Review of Asia: The Next High Education Superpower?
Asia: The Next High Education Superpower?
Edited by Rajika Bhandari and Alessia Lefebure
Published by The Institute of International Education, NY
There’s no mistaking the pointed salvo hurled at the American higher education establishment.
The opening sentences of the first chapter baldly state, “The 21st century will be the Asian century. This is overdue and inevitable. A surge of investment in higher education is already taking place in Asia, which will accompany the emergence of the Asian century.”
For decades, top students from Asia—notably from China, South Korea and India—came to the United States for graduate degrees, especially in science and technology fields. Currently students from these countries comprise 64 percent of the international student population in the United States. Many American colleges and universities have relied upon these students, and their infusion of tuition dollars, to support their programs financially, as well as provide a steady supply of teaching assistants and researchers.
As this provocative volume suggests, the landscape is shifting. As the editors
suggest, “When we look at its [Asia’s] rise through the lens of academic mobility, a clear pattern emerges: many of the Asian faculty who return to their country of origin to take leadership positions have studied in the United States and obtained their PhD at a U.S. or European university; many post-secondary students in Asia plan to at some point continue their education overseas, likely in the United States or Australia….”
Given this overall expansion of international academic mobility, most Asia governments decided to join the competition with the clear ambition to have their higher education system play at the top.”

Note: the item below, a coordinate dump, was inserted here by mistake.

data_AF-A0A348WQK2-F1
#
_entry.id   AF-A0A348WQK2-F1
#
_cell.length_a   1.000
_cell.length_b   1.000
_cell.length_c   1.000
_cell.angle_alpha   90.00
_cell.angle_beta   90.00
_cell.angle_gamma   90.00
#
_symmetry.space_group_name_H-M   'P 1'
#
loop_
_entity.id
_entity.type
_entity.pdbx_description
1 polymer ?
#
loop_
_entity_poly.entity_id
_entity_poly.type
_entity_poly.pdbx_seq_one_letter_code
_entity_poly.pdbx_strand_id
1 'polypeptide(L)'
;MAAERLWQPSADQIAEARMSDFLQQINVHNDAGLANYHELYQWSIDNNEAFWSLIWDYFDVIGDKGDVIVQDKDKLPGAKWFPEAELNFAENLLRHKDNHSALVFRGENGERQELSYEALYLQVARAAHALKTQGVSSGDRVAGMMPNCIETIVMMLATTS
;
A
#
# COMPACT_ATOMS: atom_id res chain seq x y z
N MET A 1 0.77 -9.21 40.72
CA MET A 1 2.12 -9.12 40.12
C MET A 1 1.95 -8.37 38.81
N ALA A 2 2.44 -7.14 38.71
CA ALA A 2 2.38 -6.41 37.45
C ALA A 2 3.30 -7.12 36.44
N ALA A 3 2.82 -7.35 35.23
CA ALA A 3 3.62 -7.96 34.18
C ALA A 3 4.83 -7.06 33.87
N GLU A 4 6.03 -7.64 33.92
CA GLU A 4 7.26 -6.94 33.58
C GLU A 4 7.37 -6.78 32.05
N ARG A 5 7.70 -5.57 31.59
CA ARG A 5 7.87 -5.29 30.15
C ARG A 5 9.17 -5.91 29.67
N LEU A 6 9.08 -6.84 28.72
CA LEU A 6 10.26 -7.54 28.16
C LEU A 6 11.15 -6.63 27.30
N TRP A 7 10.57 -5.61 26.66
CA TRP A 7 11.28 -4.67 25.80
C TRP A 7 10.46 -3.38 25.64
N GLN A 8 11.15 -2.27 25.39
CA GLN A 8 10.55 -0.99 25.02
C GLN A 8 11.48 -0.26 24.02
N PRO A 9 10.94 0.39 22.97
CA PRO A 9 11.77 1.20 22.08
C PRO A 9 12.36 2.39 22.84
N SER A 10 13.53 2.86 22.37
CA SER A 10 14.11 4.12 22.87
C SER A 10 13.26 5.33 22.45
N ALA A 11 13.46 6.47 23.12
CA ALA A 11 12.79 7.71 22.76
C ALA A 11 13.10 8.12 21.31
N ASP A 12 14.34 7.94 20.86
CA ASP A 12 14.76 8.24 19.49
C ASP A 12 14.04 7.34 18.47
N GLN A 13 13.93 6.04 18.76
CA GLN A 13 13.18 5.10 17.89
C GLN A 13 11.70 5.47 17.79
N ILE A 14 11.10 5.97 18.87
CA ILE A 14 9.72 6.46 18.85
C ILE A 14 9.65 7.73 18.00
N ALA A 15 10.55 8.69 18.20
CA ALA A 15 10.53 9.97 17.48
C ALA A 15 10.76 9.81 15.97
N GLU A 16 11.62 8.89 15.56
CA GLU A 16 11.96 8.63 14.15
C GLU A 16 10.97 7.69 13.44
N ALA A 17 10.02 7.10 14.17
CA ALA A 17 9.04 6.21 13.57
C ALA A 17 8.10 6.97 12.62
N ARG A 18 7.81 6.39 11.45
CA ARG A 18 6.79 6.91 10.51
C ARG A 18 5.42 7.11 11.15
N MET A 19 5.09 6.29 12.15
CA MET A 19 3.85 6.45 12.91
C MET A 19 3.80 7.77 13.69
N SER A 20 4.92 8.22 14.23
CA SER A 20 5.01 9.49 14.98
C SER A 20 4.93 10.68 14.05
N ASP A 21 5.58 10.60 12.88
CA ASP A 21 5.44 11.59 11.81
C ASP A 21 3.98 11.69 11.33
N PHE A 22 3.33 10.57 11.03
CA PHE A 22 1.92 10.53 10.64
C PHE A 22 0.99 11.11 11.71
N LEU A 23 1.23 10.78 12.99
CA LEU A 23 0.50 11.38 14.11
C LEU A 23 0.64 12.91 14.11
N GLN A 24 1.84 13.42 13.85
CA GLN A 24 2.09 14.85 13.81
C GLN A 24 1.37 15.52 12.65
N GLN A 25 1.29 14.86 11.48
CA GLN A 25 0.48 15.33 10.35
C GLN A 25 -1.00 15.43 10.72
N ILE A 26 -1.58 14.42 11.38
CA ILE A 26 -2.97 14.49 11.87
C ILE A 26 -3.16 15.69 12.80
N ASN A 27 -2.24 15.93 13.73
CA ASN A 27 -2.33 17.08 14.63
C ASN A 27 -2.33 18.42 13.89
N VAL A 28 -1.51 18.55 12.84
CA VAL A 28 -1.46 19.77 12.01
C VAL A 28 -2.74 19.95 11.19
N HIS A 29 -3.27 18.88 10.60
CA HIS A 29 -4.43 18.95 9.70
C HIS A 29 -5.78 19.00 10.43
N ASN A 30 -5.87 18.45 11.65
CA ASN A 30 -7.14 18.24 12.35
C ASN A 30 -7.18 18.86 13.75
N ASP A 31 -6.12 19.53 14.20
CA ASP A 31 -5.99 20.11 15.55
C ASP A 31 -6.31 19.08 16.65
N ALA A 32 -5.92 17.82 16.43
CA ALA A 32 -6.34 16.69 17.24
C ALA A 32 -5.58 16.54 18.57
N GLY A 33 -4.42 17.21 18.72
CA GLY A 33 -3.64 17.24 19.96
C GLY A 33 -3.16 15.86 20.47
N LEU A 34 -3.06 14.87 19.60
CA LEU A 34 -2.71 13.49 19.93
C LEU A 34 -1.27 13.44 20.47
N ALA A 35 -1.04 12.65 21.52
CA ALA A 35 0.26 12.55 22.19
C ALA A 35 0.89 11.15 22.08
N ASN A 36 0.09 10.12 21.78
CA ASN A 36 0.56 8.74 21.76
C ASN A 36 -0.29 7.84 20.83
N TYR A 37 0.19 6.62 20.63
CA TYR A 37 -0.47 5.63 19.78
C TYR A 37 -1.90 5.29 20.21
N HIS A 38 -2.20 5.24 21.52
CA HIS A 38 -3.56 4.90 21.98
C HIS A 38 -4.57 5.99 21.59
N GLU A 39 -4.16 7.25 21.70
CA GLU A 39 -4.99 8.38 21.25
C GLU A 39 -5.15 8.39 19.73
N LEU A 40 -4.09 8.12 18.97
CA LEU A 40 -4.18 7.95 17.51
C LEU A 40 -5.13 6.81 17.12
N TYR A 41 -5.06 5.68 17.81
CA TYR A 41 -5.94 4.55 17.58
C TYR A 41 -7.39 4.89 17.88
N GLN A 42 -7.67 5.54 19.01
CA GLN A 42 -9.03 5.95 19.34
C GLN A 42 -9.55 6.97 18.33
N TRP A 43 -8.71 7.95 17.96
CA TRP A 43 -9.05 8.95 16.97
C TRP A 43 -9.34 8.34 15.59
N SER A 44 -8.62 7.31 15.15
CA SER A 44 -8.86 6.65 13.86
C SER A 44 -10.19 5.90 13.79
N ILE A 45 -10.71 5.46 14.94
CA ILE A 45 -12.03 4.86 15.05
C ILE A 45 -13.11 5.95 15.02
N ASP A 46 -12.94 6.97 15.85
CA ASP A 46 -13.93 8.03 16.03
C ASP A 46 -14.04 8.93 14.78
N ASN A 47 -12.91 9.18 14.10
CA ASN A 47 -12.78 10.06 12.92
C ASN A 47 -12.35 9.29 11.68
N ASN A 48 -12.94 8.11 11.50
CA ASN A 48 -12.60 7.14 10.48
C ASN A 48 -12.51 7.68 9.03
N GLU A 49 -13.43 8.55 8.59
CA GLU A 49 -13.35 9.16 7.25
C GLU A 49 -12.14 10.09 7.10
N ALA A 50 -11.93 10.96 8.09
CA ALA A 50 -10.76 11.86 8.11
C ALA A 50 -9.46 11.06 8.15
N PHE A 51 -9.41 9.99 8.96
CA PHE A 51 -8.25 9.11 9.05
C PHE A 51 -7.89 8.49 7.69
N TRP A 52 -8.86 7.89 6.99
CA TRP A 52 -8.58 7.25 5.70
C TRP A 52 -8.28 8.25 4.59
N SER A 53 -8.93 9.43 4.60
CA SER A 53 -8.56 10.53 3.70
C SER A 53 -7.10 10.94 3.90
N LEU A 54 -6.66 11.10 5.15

That’s not to say that the power center will shift entirely to Asia. The editors, and many of the individual authors, recognize that Western research universities continue to attract students and retain significant international influence. Many of these universities, in fact, have launched campuses in Asia, or established more dual degree programs and strategic partnerships to capitalize on the fluid relationships that exist.
And clearly the Asian higher education landscape is not monolithic. For every super success story, there are individual countries that struggle to reach the higher standards now required to produce a competitive, global citizenry.
As one of the titles in the Global Education Research Reports Series, this volume offers comprehensive, dense and seriously data-rich articles, well foot-noted, that isn’t really meant for a general audience. Topics include overviews of the Asian higher educational system, with some historical context based on these countries’ experiences as colonies of European countries; influences of specific European models on countries like Japan; the challenges faced by countries like Vietnam and Malaysia, and what places like India can do to surmount entrenched institutions of mediocrity and cultivate the pockets of excellence that do exist.
Anyone working in higher education would find this a worthwhile addition to the literature, and an important contribution to the conversation.#